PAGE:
Re: [Frameworks] **VL-JUNK** Re: Analog and digital

From: Steven Gladstone <>
Date: Tue, 30 Aug 2011 18:06:50 -0400

On 8/30/11 1:28 PM, Flick Harrison wrote:
> Steven,
> I don't quite understand your points... are you disagreeing with me, or
> supplementing what I'm saying? I'll go with the former, since debate is
> more fun than agreement on rowdy email lists.

Cool, let's have fun, because there is no point in getting all upset.
I'm neither right nor wrong, just a seeker.
> re: POINT 1: ones and zeroes aren't analog representations of "on" and
> "off." You could more fruitfully say that "on" and "off" are mechanical
> representations of 1 and 0, since the binary number system stands in the
> abstract, like the decimal or roman system.

The way I understand it the 1 and the zero come from video and waveform
monitors, where 0 was black, and 1 was "White" or full exposure. This
was of course for an analog signal. I know the video scale is measured
as I.R.E. and the scale is 0 to 100 (or actually 7.5 to 100 in NTSC
land) but my understanding is that 100 I.R.E. correlated to 1 volt.
Digital is strictly an ON/OFF voltage states. This can be represented by
ots and dashes, ones and zeros, but through the wires, it is all on off
voltage states - the numbers 1 and zero are not being sent through the

> I can transmit the same information to you by reciting ones and zeroes
> over a tin-can telephone as I could by sending an email. You would have
> to translate them into ASCII text in order to read the message, which
> you could do with a printed reference card. On and off would not be
> needed during that process.

Yes, but then in reciting ones and zeroes you are speaking them, and
thus sending an analog signal. :-)

> In a digital process, noise floor and strength of signal are eliminated
> with error checking. A digital signal doesn't degrade, it corrupts, it
> becomes unreadable or noisy and has to be re-transmitted.

No argument.

When sampling, the ANALOG value is converted to a number and this is
sent digitally. Copying an Analog waveform it seems is not so
clean/perfect as you point out. Send an Analog signal over a wire, and
it may degrade. So what reads as a nice curve, may shrink or grow or
change, but not that much.

But back to digital degredation - through Fiber optic "Digital" signals
can be sent quite a distance, but through copper - not so much. Remember
we are not sending numbers (not sending ones and zeroes) we are sending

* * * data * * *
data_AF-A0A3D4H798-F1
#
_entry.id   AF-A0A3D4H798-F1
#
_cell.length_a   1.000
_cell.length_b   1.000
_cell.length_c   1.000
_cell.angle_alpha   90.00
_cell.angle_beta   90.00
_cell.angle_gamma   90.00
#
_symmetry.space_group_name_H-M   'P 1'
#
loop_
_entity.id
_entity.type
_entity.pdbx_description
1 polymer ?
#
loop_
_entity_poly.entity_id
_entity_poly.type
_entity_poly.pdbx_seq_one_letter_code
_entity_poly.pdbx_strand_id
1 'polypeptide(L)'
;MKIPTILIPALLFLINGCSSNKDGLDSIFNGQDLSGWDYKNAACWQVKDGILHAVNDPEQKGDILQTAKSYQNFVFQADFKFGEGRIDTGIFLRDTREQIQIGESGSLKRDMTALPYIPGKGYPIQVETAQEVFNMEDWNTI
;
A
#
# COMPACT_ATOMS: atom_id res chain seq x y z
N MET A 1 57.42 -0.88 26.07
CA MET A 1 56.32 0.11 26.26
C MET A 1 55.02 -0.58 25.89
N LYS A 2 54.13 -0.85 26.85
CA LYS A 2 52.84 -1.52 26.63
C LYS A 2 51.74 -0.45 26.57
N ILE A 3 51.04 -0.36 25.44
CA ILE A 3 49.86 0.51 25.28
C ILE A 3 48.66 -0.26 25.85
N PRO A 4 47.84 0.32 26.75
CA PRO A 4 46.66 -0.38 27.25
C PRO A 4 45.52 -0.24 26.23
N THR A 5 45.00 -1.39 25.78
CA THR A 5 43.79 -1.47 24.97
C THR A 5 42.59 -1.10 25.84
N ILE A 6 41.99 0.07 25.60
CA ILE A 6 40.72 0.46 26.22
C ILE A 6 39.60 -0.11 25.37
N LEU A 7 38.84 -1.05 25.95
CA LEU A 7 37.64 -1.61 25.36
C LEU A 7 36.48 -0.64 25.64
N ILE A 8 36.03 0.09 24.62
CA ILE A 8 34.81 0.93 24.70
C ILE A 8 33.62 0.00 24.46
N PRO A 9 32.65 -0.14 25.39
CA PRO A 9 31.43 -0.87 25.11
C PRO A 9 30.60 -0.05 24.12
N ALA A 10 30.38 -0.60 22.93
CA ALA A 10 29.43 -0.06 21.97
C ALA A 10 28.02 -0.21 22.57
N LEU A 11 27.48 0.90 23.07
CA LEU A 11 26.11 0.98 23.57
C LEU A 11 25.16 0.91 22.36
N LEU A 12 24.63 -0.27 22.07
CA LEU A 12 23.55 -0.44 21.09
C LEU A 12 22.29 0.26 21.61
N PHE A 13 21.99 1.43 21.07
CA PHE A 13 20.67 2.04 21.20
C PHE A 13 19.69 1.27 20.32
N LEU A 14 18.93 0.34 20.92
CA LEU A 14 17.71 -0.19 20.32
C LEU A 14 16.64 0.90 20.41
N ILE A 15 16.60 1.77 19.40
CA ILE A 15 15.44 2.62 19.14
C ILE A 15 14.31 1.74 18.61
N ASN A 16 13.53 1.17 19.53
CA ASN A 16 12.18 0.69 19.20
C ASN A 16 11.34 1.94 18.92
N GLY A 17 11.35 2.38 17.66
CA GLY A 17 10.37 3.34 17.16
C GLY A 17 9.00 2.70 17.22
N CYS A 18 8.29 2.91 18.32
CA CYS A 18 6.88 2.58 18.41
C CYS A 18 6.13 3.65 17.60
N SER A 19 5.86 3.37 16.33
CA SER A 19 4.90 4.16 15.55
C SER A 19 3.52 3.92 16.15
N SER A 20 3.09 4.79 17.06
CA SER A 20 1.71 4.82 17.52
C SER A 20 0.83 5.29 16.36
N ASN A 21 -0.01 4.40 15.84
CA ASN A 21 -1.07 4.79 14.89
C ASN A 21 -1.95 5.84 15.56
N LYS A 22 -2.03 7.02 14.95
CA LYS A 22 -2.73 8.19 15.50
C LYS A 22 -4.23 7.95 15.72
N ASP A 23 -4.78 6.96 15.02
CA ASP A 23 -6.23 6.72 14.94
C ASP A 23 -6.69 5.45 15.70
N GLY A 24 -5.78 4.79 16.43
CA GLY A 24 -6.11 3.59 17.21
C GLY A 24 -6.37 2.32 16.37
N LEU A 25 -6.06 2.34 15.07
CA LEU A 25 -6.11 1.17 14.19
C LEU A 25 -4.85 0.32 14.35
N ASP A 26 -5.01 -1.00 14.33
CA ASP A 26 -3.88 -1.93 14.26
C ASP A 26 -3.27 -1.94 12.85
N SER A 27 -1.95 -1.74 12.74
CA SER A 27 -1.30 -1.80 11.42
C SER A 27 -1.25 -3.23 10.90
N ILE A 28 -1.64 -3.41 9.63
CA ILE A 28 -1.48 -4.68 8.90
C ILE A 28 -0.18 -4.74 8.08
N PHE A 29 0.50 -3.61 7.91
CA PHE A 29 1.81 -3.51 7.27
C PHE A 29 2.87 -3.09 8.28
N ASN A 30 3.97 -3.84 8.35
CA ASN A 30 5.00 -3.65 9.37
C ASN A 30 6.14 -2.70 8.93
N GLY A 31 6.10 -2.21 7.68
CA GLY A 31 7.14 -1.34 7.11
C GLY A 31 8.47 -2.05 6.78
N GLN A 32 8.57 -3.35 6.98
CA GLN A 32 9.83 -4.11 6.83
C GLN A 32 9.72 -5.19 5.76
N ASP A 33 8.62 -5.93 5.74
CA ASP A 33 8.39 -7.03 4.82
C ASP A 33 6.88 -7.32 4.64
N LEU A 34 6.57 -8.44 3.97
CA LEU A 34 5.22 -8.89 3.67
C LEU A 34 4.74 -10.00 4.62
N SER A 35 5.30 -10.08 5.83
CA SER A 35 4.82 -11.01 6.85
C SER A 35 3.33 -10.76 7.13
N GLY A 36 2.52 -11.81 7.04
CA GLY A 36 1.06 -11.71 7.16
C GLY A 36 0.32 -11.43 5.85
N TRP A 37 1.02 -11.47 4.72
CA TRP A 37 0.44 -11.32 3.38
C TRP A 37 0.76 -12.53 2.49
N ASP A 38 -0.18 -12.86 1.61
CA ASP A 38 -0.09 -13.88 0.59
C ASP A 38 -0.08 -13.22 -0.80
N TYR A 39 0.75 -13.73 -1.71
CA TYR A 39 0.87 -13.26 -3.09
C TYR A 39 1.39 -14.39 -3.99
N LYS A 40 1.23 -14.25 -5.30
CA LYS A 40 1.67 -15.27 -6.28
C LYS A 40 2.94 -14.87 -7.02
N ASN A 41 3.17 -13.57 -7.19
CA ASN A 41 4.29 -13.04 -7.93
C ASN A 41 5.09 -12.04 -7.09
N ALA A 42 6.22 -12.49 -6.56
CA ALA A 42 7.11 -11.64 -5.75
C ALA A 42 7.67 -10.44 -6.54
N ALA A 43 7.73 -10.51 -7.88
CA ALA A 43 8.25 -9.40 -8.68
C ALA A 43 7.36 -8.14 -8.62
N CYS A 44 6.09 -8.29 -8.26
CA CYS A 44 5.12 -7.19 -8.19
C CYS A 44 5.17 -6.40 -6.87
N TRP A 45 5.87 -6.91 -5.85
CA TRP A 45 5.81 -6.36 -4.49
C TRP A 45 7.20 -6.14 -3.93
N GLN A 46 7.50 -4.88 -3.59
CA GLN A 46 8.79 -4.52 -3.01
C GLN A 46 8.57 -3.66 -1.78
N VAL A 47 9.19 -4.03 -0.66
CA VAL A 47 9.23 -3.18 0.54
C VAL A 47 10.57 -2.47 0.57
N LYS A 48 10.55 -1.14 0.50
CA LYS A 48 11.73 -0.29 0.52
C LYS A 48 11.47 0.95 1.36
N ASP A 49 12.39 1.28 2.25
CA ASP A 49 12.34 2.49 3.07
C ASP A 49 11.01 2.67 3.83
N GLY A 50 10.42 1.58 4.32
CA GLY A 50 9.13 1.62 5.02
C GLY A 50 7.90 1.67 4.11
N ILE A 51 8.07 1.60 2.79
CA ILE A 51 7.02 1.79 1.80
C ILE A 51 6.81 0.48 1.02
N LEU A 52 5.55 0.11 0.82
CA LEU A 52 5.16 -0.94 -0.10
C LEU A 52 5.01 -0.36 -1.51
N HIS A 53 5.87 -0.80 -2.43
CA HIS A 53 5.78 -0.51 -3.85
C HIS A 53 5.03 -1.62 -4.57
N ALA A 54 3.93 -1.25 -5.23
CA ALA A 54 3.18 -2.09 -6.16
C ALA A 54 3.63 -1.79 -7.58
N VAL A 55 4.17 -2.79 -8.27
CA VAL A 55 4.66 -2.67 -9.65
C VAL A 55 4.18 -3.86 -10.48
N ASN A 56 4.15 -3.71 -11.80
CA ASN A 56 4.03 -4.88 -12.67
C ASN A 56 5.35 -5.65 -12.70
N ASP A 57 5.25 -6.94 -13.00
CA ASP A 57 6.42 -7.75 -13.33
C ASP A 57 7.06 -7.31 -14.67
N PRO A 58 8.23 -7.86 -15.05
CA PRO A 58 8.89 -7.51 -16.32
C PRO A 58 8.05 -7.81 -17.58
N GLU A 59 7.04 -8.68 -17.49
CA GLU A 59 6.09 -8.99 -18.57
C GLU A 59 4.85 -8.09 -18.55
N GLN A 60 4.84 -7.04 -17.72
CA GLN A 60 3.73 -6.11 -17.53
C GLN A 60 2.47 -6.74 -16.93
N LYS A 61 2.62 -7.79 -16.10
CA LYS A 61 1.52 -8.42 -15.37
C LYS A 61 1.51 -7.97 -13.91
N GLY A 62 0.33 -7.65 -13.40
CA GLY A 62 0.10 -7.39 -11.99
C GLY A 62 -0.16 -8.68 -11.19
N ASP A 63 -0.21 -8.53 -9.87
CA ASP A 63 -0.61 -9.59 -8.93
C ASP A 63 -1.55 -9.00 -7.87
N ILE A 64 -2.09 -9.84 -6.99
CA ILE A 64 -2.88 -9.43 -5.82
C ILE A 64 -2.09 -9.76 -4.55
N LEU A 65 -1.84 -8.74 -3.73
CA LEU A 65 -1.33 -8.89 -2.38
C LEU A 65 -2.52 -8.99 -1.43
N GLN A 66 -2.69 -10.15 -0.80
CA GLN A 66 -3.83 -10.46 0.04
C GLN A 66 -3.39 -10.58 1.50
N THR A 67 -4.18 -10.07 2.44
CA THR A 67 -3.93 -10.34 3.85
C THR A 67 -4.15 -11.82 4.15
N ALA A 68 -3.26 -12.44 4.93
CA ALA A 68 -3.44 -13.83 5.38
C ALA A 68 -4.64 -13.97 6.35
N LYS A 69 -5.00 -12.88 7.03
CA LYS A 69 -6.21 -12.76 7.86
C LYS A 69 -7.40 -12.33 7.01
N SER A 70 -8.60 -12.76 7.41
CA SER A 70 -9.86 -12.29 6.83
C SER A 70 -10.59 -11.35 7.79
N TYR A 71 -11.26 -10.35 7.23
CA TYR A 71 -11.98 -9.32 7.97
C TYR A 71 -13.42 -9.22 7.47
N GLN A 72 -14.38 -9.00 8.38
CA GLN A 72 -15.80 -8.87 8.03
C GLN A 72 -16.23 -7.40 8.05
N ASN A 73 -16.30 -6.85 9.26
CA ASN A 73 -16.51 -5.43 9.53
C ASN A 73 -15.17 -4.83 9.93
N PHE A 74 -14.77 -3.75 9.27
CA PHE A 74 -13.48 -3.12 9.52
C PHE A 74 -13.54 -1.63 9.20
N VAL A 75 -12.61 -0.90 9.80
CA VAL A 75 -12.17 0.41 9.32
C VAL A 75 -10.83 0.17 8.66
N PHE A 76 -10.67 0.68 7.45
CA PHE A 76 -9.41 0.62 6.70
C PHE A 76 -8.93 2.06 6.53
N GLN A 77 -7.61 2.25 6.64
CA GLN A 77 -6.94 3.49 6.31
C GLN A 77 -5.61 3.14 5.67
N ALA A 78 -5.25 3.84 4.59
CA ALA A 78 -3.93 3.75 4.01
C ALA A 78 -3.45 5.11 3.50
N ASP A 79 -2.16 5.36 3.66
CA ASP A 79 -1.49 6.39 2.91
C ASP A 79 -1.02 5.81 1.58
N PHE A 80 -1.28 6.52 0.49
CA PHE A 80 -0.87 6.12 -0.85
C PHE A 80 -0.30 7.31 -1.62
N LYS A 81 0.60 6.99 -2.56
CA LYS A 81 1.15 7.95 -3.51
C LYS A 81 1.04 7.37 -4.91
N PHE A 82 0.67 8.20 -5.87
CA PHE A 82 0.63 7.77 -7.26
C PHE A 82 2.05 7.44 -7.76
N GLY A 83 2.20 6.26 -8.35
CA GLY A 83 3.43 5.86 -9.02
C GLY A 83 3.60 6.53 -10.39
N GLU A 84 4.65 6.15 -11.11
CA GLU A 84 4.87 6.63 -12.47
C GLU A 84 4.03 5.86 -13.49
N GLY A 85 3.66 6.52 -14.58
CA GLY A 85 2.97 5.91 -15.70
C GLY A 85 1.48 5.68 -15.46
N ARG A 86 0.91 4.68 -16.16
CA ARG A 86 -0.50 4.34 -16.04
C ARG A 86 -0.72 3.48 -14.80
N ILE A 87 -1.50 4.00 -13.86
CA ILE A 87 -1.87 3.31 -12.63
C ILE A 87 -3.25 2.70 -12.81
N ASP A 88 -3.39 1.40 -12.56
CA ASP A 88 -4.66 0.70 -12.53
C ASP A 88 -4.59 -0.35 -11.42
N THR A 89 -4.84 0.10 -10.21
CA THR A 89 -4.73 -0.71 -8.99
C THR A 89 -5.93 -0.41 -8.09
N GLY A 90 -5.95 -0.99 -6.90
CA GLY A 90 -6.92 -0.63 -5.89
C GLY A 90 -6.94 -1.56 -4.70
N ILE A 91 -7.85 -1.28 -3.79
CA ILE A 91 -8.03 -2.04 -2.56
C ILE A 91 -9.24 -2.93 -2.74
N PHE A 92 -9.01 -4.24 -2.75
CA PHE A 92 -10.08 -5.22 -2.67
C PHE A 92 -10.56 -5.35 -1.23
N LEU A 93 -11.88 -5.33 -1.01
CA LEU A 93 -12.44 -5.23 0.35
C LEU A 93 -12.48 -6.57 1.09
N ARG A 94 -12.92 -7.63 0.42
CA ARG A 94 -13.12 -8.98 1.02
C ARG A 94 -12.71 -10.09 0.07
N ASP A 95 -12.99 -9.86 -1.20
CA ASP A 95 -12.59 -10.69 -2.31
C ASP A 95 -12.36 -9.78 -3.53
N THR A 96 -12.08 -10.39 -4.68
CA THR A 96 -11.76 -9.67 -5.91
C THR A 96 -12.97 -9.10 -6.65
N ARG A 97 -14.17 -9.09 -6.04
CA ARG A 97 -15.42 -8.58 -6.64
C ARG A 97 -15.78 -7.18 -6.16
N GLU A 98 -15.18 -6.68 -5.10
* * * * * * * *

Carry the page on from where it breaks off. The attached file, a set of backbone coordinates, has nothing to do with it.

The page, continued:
On off states, which when they are received are converted into numeric
values. But if there is a problem with the wires, or the transmission
distance is too great -USB is limited I believe to about 25 feet. Well,
a voltage state of 1 volt could be considered on and a voltage state of
zero as off - but what if you get a voltage state of .5? Is that from
noise in the wire? Yes Error correction and such, but again, not sending
a one and zero, just sending voltage states through the wire - light
pulses through fibre optic cable.

  This is one of
> the reasons it challenges analog-lovers who also love degradation and
> imperfection. Noise is not the same as fading.
> To quote spider robinson, who was referencing william gibson,
> "I remember when sky the colour of television, tuned to a dead channel,
> didn't mean blue sky."
> re: POINT 2: if you're saying that all imagers are analog, that's true
> in the sense that the light waves coming in through the lens are analog,
> but in a digital process they get sampled at some point.

Yes, the imagers are analog - Electronic imagers use A to D converters
(Analog to Digital) to get the info of of the chips, CCD's etc. With
Film yep considered Analog (maybe there is a different word for it.)
Electronic - starts out as analog and converted to Digital (voltage
states) for transmission and storage.

  In an analog
> process, there's no sampling anywhere; waves are recorded as waves with
> more or less fidelity, like film exposure or signal on tape. But
> sampling is different: however it's recorded, the sample isn't a wave.
> Of course things also end in an analog way, either when they become
> light and sound waves from the projector and speaker or at least when
> they hit your retina or ear drum.

Sounds and looks good. :-)

Steven Gladstone
New York Based Cinematographer
Gladstone films
Blog -
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Received on Tue Aug 30 2011 - 15:07:10 CDT